Professionals in India Clarify that Bitcoin and Other Digital Currencies are Not Private, after Reports of Potential Government Ban on Cryptos

The Indian Parliament will reportedly be considering a government-supported bill that could place a ban on “private” cryptocurrencies during its upcoming budget session. Since the nation’s ruling party has control over both houses of Parliament, there’s a fairly good chance that the proposed bill could get passed.

The Lok Sabha Bulletin, which was updated on Friday (January 29, 2021), noted that the proposed Cryptocurrency and Regulation of Official Digital Currency Bill, 2021, aims to prohibit the use of all cryptocurrencies in India and offers guidelines for developing a national digital currency that could be issued by the Reserve Bank of India (RBI).

Although this new bill is against issuing “private” digital currencies, it might permit certain use cases involving these virtual currencies, the bulletin noted. The Indian Parliament conducts three different annual sessions, including the Budget session, which is scheduled each year from January to March, the Monsoon session and the Winter session.

If this bill gets passed, then India could become the world’s only major Asia-based economy to place a ban on private cryptocurrencies, instead of trying to regulate them in a manner that’s similar to monitoring transactions involving corporate stocks.

The RBI, which issued a circular back in early April, 2018, had placed a blanket ban on regulated service providers from assisting in carrying out (or being involved in) crypto-related transactions. Specifically, the RBI had instructed local banks to not offer banking services to individuals or businesses dealing in cryptocurrencies. The reserve bank’s banking ban was later overruled by the nation’s Supreme Court in March of last year, which led to many new crypto-related services being offered by exchanges such as CoinDCX and WazirX (among many others).

Sidharth Sogani, Founder and CEO at CREBACO, a credit rating provider for exchanges, blockchains, and coin offerings, stated:

“Recently the Loksabha bulletin mentioned that the government is working on a crypto bill in 2021, which focuses on banning private currencies. Bitcoin is not private! The government should have clear definitions and understanding of what this ecosystem is and how to define  private, public, and decentralized crypto-assets.”

Sogani added:

“For a few months, we have been working with our legal partner Khaitan & Co to build a regulatory framework that will help the Indian government regulate this ecosystem. The document follows a systematic and educational pattern starting from basic concepts, definitions, global treatment, the proposed regulatory framework for regulating crypto assets in India, and relevant information that is necessary to understand this unprecedented ecosystem.”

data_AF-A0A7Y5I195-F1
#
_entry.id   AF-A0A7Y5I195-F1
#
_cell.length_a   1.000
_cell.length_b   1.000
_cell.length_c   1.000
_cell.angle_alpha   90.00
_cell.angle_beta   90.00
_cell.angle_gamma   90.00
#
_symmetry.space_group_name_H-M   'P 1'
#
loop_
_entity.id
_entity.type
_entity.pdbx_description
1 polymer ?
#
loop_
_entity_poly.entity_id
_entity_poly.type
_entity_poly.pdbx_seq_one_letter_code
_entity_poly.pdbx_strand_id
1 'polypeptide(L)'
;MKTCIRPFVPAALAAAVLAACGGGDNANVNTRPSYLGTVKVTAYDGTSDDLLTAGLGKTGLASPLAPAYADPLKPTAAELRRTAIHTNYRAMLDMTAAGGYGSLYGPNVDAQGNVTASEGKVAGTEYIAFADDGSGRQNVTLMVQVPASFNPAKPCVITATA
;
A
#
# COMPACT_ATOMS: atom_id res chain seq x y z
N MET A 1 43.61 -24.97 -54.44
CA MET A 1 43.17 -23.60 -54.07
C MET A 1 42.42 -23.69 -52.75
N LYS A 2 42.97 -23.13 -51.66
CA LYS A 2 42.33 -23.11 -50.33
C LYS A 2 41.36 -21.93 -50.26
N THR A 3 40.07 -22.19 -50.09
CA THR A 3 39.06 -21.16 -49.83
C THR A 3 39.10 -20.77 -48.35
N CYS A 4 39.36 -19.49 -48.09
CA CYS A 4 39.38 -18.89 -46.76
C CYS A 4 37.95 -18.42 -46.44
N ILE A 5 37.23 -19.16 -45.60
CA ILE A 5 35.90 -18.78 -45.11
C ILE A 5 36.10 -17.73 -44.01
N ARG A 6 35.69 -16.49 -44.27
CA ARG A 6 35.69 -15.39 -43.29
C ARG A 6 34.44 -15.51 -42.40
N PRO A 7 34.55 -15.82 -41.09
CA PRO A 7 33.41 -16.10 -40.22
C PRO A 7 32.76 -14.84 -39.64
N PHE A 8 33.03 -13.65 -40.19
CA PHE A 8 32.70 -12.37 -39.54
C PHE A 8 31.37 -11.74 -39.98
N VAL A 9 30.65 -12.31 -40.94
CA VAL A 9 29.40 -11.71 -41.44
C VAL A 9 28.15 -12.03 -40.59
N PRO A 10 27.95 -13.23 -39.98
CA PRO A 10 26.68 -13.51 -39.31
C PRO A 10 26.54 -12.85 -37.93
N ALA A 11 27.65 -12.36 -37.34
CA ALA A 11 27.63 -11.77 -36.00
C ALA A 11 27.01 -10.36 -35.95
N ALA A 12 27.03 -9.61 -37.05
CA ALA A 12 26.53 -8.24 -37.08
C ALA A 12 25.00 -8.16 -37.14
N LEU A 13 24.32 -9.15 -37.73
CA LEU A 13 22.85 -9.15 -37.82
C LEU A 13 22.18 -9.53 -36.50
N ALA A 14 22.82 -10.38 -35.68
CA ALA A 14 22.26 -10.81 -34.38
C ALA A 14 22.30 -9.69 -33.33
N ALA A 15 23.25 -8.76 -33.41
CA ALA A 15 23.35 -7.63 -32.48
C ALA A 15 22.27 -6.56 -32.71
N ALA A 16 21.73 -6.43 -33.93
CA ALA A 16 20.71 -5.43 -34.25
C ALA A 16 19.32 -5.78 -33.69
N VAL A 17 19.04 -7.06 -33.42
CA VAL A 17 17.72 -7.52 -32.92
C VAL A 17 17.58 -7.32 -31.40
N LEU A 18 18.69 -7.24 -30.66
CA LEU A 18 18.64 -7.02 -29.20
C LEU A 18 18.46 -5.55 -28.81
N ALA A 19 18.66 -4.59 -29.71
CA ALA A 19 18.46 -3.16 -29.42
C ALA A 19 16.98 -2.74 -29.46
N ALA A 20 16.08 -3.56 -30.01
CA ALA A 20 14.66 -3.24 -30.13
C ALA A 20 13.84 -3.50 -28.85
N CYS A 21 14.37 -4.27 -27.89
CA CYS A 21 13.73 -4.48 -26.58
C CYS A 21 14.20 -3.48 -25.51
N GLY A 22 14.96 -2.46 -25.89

He continued:

“I would like to thank all industry experts, participants, and supporters who have helped us make this report. The report was submitted earlier this month and we expect some guidelines on crypto in this coming budget and a detailed framework in 2021. We hope the document was lucrative enough for the government to take a decision to make the best use of this emerging #technology. If you want to get a copy of the document, please visit (pop up on the main page).”

Nischal Shetty, CEO of Mumbai’s digital currency exchange WazirX, remarked:

“There is no such thing as a private cryptocurrency.”

Shetty pointed out that there’s “a possibility of a new cryptocurrency bill being introduced in Parliament.” He believes that it’s aimed at assisting the RBI with issuing its own central bank digital currency (CBDC) and to ban private cryptocurrency with “some exceptions.”

He also mentioned:

“Crypto by their very nature are decentralized and public. I hope this is with respect to ‘currency’ usage and they’re focusing on that. Attacking digital assets by confusing them to be INR competitors would be amateurish…. A country as large as India should at least work on understanding the underlying terminologies before presenting Technology related bills in Parliament. Seems like a hurried move. If done wrong, this can potentially destroy a lot of value held by the general public.”

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